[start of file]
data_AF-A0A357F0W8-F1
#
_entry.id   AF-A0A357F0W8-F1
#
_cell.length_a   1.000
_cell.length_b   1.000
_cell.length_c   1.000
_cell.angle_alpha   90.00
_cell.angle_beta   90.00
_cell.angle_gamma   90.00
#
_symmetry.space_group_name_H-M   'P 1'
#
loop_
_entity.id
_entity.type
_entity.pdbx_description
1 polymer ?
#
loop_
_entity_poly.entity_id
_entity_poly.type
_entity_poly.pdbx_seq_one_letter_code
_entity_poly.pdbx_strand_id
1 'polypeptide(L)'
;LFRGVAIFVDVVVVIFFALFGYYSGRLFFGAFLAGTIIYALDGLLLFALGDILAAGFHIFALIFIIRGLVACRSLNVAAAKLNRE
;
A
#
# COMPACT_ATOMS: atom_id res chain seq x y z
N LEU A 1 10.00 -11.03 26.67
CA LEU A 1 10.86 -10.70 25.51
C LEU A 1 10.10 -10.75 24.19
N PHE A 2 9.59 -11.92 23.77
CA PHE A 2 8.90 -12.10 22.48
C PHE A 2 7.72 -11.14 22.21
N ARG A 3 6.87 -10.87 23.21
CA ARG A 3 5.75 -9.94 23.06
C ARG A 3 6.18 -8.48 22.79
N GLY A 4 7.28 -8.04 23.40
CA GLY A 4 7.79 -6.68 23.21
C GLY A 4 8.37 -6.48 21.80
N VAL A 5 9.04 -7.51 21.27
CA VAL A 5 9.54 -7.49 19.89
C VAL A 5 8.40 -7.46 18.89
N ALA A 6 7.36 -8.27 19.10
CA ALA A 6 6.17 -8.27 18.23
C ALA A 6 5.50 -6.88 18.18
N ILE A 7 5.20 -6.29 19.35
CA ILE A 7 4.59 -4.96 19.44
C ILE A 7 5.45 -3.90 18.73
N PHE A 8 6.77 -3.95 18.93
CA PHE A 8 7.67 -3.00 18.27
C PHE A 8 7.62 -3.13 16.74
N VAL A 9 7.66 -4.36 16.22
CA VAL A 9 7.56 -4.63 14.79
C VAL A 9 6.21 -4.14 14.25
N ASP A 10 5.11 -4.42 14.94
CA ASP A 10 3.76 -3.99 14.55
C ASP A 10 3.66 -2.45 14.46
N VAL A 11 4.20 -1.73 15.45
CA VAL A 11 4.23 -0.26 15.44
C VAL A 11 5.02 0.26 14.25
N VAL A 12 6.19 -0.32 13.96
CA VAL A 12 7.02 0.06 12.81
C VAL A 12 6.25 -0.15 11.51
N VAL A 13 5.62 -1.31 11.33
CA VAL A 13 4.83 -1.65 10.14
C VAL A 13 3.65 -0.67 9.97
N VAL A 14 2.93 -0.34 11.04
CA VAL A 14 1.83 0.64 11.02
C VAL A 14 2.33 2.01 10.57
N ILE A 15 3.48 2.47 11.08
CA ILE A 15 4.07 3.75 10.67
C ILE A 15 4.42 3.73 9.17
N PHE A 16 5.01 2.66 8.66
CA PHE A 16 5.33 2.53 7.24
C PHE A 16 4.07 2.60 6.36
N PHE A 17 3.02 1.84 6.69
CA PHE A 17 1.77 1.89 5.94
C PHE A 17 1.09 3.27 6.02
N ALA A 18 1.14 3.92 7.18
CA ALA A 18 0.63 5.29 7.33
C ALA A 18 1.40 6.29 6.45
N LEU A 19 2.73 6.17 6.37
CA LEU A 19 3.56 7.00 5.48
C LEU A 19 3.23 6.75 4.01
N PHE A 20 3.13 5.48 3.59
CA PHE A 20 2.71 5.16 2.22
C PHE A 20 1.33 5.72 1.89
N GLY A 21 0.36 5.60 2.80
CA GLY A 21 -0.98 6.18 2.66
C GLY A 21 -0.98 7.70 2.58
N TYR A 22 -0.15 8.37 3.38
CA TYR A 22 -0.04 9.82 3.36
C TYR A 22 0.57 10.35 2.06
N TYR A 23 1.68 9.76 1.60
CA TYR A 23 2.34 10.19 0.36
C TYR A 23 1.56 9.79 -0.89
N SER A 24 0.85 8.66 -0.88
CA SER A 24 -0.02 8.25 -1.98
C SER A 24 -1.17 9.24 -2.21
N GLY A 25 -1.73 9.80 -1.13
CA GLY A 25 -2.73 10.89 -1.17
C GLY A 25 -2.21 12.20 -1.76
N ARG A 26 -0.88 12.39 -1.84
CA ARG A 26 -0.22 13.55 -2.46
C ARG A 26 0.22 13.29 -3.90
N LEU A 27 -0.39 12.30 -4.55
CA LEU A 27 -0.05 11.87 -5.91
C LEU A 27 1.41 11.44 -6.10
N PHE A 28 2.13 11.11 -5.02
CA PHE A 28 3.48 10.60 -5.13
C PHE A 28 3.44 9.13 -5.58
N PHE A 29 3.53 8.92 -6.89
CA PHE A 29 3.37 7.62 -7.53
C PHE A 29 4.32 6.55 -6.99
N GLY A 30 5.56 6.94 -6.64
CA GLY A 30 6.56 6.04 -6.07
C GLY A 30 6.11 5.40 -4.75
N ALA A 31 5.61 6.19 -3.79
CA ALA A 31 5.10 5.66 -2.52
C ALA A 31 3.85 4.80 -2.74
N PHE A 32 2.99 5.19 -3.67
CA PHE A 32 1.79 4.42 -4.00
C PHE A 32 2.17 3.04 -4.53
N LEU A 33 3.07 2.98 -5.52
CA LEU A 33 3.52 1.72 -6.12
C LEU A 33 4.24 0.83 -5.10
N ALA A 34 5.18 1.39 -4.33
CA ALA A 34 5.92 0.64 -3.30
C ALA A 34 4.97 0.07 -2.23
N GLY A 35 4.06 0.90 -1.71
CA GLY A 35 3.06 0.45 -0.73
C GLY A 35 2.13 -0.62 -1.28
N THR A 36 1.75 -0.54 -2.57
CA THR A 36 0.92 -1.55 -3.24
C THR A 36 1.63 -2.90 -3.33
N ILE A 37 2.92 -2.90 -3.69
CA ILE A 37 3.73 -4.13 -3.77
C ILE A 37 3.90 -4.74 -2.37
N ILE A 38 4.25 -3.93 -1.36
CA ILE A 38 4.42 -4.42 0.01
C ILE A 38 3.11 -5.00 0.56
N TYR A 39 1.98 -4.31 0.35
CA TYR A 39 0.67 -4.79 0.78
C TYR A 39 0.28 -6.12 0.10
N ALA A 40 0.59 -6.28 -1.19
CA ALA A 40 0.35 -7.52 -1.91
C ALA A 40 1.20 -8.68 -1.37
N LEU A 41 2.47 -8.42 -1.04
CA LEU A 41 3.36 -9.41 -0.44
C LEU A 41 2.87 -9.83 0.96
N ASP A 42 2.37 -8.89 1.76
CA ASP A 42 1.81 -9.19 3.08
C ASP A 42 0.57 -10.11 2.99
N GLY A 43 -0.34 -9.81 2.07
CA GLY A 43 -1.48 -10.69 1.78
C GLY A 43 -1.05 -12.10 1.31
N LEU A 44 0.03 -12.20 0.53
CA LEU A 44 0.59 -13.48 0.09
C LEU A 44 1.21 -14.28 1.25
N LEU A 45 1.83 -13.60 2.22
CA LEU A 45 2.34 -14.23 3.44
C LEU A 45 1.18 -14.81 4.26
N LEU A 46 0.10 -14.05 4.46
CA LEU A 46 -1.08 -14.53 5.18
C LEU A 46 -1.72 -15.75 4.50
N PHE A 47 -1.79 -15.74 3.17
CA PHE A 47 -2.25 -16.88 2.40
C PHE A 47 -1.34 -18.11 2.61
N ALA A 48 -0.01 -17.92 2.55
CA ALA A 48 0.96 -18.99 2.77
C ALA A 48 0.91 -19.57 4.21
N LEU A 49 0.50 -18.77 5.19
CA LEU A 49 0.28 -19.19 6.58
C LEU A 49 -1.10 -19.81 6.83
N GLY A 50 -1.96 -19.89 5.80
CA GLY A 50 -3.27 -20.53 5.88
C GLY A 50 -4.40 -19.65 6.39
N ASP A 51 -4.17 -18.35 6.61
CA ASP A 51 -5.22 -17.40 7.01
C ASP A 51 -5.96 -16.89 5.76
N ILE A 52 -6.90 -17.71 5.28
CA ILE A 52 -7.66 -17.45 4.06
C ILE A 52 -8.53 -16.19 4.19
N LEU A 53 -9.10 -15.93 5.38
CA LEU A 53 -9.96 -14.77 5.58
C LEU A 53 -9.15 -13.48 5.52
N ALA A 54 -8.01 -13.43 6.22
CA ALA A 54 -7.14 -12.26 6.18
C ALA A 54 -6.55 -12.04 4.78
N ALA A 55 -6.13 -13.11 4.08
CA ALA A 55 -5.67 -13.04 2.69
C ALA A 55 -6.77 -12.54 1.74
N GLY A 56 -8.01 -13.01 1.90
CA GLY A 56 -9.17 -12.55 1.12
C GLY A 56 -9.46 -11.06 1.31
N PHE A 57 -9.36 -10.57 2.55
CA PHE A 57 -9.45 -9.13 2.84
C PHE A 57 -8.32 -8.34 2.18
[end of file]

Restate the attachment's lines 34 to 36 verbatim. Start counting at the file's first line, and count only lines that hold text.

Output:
N PHE A 2 9.59 -11.92 23.77
CA PHE A 2 8.90 -12.10 22.48
C PHE A 2 7.72 -11.14 22.21